Support is growing stronger to make both the Olympics and the World Cup of Basketball solely for players age 22 and under, one NBA GM tells Adrian Wojnarowski of Yahoo! Sports, who bemoans an existing system that he believes to primarily benefit Mike Krzyzewski. The change would take effect for 2018 World Cup, Wojnarowski writes. SB Nation’s Tom Ziller argues that while the NBA could work with FIBA to implement an age limit, FIBA has shown hesitancy to cooperate, and that the players union would have a case that any league-imposed restriction should be collectively bargained. Nonetheless, it seems there’s a decent chance that even without so many A-level stars, this year’s World Cup champion Team USA squad will be significantly more talented than the next American entry into the competition. Here’s more from around the NBA:
- Shandong of China has jumped into the race for Gustavo Ayon as his European rights remain up in the air, tweets Shams Charania of RealGM. The Spurs are reportedly still in the mix, with Ayon needing to come up with $376K to pay FC Barcelona, which holds his European rights, if he’s to put pen to paper on a deal with Spanish rival Real Madrid.
- Mike Budenholzer has never held an NBA front-office job, but he played as much of a role in talent acquisition for the Spurs as anyone outside of Gregg Popovich and R.C. Buford during his time in San Antonio, writes TNT’s David Aldridge amid his Morning Tip column for NBA.com. Budenholzer is in charge of player personnel for the Hawks while GM Danny Ferry is on indefinite leave.
- A group that included Grant Hill as well as billionaires Tony Ressler and Bruce Karsh made a strong impression on the league when they put up a $1.2 billion bid to purchase the Clippers this spring, Aldridge writes in the same piece. The TNT scribe speculates that they could resurface as contenders for the Hawks.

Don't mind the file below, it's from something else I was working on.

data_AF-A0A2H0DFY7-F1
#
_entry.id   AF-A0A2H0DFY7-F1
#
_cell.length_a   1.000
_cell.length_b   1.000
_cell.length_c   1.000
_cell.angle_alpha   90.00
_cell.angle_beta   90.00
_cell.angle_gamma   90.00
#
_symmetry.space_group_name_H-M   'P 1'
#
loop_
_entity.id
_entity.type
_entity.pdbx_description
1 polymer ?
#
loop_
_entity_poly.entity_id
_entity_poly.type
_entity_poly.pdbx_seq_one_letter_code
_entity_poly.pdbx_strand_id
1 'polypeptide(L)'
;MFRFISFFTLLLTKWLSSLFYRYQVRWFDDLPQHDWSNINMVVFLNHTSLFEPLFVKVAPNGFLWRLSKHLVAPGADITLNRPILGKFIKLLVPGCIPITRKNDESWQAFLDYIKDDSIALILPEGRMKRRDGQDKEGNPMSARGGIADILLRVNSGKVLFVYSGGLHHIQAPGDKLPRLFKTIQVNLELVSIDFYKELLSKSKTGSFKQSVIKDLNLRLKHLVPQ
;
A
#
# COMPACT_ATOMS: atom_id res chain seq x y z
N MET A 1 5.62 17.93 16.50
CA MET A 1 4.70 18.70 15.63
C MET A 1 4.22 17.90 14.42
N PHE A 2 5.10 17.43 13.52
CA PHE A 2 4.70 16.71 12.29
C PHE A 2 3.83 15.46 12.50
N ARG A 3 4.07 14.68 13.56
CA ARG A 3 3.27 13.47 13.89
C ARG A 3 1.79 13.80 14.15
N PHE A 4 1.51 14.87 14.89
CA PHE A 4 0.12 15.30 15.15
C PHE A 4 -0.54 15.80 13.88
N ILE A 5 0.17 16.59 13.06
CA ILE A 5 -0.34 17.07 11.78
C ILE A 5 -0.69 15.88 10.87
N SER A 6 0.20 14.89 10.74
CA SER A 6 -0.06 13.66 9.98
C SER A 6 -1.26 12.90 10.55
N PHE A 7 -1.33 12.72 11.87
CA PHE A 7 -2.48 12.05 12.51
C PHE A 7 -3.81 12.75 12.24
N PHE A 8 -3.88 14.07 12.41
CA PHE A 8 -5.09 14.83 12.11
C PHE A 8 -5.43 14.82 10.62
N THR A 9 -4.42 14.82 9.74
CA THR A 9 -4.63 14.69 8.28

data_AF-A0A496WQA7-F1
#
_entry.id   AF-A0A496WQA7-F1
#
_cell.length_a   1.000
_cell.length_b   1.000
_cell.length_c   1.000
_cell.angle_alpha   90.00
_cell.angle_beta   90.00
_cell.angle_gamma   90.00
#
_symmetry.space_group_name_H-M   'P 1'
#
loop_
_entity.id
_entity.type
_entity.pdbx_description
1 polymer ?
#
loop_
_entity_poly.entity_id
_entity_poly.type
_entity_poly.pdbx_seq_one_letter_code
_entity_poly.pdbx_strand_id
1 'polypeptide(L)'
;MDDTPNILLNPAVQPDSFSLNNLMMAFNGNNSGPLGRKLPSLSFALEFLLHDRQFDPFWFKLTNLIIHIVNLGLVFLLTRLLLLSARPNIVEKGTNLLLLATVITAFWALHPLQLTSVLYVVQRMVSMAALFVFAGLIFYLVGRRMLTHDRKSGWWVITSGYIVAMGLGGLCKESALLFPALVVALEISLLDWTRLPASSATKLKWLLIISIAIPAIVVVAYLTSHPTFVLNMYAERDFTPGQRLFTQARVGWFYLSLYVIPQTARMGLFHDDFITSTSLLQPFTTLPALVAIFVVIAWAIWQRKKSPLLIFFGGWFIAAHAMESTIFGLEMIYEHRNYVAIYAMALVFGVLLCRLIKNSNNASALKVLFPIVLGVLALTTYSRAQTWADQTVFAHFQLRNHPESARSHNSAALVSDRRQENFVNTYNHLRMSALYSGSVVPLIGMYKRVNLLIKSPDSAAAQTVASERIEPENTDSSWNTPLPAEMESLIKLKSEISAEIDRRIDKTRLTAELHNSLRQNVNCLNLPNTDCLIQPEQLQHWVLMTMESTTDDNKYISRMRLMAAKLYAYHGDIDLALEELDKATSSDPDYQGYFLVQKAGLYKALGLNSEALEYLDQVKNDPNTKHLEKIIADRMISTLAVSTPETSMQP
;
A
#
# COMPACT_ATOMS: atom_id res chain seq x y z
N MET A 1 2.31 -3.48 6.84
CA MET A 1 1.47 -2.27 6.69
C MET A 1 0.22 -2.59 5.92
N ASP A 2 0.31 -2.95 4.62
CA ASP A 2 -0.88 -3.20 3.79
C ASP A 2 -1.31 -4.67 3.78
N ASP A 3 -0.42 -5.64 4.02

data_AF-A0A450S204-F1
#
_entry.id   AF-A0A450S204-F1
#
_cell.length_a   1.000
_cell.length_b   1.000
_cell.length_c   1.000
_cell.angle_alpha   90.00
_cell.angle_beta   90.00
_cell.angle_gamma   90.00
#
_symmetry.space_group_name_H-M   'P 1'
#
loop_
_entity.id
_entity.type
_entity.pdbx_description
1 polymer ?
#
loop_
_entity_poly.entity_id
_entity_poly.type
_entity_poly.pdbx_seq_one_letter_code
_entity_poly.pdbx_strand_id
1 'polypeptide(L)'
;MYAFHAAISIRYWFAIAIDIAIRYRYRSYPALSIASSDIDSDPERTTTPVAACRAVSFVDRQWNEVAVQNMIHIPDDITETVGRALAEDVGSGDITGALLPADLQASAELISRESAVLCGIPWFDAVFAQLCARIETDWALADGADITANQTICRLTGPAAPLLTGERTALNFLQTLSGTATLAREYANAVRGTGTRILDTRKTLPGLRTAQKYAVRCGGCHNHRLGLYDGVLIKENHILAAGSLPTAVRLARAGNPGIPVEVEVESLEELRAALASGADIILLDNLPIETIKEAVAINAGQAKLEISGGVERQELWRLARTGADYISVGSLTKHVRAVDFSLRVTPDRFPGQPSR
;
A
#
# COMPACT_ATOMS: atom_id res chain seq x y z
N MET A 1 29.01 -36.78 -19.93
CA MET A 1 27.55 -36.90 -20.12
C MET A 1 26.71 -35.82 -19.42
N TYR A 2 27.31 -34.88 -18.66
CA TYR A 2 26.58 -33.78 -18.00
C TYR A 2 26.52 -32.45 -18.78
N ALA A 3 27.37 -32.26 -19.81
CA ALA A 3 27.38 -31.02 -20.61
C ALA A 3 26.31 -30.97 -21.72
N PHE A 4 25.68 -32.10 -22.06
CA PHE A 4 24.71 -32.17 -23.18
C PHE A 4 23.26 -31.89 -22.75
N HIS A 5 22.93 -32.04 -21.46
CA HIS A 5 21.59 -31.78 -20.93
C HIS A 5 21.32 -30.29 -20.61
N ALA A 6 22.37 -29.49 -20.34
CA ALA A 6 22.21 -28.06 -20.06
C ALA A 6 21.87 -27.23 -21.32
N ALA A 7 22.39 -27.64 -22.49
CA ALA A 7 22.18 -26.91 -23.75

The Heat may take a step back this season, but on an individual level, Mario Chalmers‘ father says that his son is excited about his role for the coming season, writes Barry Jackson of the Miami Herald. “As sad we all are to see LeBron [James] go, Mario’s excited to go back to his natural position. He loves being a playmaker. And there will be more opportunities to score,” said Ronnie Chalmers. Here’s more out of the Southeast Division..
- Despite the controversy surrounding the Hawks and the racist comments made by owner Bruce Levenson and GM Danny Ferry, Atlanta will continue to be a free agent destination, A. Sherrod Blakely of CSNNE.com opines. Blakely believes that the organization will distance themselves from the incident and people involved as quickly as possible, and players will use the departures of those involved as justification for signing with the team.
- The Heat are still looking at backup veteran centers, according to Barry Jackson of the Miami Herald (on Twitter). Miami recently signed undrafted power forward Khem Birch but their search for size is not yet through.
- The Hawks‘ issues are a matter of league-wide importance, writes Gary Washburn of The Boston Globe. Beyond the very obvious problems with what went on in Atlanta, former union executive director Charles Grantham wonders aloud if teams are sharing negative information on their players to reduce their worth. Ferry reportedly received negative information on Luol Deng from another club and then mentioned it on the now infamous conference call.
Eddie Scarito contributed to this post.
Earlier today, we passed along word from coach Steve Clifford that the Hornets are seeking frontcourt help. Clifford’s interview with Rick Bonnell of the Charlotte Observer touched on some more of Charlotte’s roster, including how he’ll use newly signed Marvin Williams. “He’ll play both forward spots, but I see him primarily as a stretch [power forward],” said Clifford. “He’s a very smart player who makes smart, simple plays. And he’s very professional in his approach.” Here’s a rundown of league news and notes, including more from Clifford: